In Nobel Prize–winner Saramogo's best known novel, Blindness, an unnamed capital city experiences a devastating (although transient) epidemic of blindness that mysteriously spares one woman, an eye doctor's wife, who helps a blinded group survive until their sight returns. His new novel, set in the same capital city four years later, depicts a legal "revolution," when 83% of its citizens cast blank ballots in a national election. The president declares a state of siege, but even though soldiers cordon off the city, nothing affects the city's maddening cheerfulness. The president receives an anonymous letter revealing the case of the eye doctor's wife (she and the group she helped had kept her support secret), and the minister in charge of internal security sends undercover policemen to investigate her connection to the "blank" revolution. The allegorical blindness/sight framework is weak and obvious, and Saramago's capital city sometimes reminds one of Dr. Seuss's Whoville. Yet it works: as the novel establishes its figures (the pompous president, tremulous ministers and pantomime detectives), it acquires the momentum of a bedroom (here, cabinet) farce, baldly sending up EU politicos and major media editorialists. (Apr.)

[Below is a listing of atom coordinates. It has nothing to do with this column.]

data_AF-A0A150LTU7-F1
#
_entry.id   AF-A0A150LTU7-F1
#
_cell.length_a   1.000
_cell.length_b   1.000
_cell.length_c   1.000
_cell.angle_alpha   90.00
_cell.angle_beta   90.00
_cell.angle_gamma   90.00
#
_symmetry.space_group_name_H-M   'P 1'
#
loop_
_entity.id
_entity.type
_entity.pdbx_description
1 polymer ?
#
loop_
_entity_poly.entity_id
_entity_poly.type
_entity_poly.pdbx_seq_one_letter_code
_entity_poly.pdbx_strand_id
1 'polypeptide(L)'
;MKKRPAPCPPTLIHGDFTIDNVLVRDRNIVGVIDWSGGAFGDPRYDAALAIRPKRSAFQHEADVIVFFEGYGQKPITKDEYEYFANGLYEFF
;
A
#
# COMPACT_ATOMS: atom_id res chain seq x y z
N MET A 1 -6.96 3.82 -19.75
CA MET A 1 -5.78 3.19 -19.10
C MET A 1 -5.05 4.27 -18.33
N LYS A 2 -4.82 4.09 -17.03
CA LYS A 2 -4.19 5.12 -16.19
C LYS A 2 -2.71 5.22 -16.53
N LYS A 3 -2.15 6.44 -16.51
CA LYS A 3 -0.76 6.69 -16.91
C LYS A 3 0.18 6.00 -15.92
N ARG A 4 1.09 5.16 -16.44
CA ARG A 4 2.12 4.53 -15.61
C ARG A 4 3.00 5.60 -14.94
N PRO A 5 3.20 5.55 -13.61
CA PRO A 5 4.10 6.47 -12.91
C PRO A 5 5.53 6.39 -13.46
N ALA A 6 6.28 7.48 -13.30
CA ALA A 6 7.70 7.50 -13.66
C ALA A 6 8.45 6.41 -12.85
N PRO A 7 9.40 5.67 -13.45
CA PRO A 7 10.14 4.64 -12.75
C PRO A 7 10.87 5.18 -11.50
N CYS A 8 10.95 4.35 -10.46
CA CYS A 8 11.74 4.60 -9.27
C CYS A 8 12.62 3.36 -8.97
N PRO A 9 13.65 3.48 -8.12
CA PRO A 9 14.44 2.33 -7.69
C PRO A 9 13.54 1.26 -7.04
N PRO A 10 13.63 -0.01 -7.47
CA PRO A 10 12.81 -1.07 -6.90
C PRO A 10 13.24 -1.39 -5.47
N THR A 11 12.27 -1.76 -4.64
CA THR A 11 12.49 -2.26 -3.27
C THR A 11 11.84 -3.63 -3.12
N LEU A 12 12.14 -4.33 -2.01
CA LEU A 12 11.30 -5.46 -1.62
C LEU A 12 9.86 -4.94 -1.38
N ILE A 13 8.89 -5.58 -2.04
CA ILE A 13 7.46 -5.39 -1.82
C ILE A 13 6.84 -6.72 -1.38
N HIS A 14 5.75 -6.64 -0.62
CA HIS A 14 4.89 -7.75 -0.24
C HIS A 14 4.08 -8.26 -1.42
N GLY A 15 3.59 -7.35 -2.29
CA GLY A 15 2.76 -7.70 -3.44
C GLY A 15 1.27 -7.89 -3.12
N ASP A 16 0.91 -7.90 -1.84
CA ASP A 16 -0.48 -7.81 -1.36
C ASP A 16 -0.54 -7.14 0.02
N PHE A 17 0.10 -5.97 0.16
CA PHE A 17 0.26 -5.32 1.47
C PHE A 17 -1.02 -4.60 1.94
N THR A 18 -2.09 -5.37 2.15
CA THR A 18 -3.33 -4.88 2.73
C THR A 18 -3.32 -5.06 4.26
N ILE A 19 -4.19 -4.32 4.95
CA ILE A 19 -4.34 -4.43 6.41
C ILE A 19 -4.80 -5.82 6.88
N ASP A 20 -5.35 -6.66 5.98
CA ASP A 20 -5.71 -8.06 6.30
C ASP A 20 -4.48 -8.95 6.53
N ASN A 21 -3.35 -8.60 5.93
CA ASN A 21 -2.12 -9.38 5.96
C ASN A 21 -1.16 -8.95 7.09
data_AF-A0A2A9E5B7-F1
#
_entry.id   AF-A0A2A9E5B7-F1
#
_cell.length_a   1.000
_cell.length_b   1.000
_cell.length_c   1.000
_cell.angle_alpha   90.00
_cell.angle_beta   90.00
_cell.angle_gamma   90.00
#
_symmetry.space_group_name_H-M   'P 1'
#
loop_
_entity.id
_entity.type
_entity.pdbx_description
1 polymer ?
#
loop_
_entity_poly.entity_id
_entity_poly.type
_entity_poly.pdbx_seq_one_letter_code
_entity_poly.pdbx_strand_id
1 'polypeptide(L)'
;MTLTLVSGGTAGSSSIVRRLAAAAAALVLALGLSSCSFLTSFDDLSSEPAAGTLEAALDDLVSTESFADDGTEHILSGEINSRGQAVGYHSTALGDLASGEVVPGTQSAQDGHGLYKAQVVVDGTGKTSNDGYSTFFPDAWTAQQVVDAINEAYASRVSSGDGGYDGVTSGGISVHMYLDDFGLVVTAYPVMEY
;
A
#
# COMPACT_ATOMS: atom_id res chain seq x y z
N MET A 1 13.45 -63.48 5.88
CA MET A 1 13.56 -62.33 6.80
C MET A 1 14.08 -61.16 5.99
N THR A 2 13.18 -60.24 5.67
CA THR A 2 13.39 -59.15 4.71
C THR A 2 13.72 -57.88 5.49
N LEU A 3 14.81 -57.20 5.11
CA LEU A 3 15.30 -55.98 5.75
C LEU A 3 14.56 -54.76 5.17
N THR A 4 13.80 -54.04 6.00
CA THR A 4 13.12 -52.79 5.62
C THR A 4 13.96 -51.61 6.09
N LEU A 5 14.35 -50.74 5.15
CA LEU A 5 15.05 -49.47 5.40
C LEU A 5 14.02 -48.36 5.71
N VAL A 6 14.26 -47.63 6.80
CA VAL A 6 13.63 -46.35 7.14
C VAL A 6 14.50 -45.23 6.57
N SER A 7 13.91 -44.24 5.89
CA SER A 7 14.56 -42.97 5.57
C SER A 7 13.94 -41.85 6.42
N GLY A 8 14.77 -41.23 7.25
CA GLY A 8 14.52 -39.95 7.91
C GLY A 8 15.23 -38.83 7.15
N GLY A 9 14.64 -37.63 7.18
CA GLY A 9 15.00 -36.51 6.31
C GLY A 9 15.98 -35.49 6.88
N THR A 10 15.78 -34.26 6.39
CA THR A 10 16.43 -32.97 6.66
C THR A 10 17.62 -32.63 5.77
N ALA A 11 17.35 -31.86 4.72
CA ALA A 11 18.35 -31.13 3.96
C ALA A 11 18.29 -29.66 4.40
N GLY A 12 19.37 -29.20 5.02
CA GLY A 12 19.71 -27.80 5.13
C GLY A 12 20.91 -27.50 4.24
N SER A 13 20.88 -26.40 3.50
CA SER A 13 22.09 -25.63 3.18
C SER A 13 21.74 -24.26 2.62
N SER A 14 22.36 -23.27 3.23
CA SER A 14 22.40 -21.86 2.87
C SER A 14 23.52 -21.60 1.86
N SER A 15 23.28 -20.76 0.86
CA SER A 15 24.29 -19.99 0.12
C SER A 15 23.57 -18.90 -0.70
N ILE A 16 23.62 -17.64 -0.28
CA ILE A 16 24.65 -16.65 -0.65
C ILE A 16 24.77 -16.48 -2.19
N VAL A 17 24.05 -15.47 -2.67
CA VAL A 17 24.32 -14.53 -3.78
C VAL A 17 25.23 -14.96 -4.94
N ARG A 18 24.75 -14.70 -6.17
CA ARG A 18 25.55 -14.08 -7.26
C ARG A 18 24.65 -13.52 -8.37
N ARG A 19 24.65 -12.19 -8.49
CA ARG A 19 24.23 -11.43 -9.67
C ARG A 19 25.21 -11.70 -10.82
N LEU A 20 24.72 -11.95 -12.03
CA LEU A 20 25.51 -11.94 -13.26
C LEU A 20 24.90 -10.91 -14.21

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The Portuguese winner of the 1998 Nobel Prize continues his cerebral yet enticing and exciting novels about the absurdities to be witnessed in contemporary society and politics. In a country obviously Portugal, in a situation Kafka would have complimented Saramago for creating, national elections are called; in the capital city, however, a strange occurrence baffles authorities. Early and driving rain keeps most people from the polls, and when skies clear later in the day, masses of people do indeed come out to vote; but, as it turns out, the vast majority of the ballots turned in are blank. What kind of insurrection is this? Each government minister, every party from Left to Right, is left to interpret what it means--and equally important, what is to be done? The government leaves the capital, and the city is basically plunged into siege conditions. With run-on paragraphs and dialogue, the author challenges readers to pay close attention; the appreciators of literary fiction who do so will find a clever, even sly, but also sobering exploration of when governments do and when they do not have reason to be paranoid. Brad Hooper
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